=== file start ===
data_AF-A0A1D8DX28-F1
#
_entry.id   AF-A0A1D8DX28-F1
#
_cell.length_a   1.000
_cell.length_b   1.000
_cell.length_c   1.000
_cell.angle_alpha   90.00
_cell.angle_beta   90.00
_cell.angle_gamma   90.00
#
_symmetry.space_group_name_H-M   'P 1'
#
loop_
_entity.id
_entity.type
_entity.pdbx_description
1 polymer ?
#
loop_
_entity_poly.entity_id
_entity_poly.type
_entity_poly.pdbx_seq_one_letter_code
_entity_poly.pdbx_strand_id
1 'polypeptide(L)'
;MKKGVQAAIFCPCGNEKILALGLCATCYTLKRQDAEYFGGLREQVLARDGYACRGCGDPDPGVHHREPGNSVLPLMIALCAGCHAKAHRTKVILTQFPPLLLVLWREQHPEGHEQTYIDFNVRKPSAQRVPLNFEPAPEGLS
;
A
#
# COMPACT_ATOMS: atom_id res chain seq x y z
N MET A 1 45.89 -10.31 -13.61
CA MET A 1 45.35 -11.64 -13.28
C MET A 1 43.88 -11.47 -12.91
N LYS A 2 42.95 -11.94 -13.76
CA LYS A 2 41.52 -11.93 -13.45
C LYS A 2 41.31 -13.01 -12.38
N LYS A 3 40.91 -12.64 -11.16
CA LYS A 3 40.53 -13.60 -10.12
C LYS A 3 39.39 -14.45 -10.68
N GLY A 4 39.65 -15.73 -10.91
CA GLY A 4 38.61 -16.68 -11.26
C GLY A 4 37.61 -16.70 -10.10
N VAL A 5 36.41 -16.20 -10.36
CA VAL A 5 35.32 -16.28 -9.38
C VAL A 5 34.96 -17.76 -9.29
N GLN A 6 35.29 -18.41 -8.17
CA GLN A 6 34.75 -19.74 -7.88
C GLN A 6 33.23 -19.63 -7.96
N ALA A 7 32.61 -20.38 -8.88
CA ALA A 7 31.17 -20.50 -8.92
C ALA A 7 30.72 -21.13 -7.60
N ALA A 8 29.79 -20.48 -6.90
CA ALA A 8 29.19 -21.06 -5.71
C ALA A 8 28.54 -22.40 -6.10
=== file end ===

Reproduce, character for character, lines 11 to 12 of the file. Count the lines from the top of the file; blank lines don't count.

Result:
#
_symmetry.space_group_name_H-M   'P 1'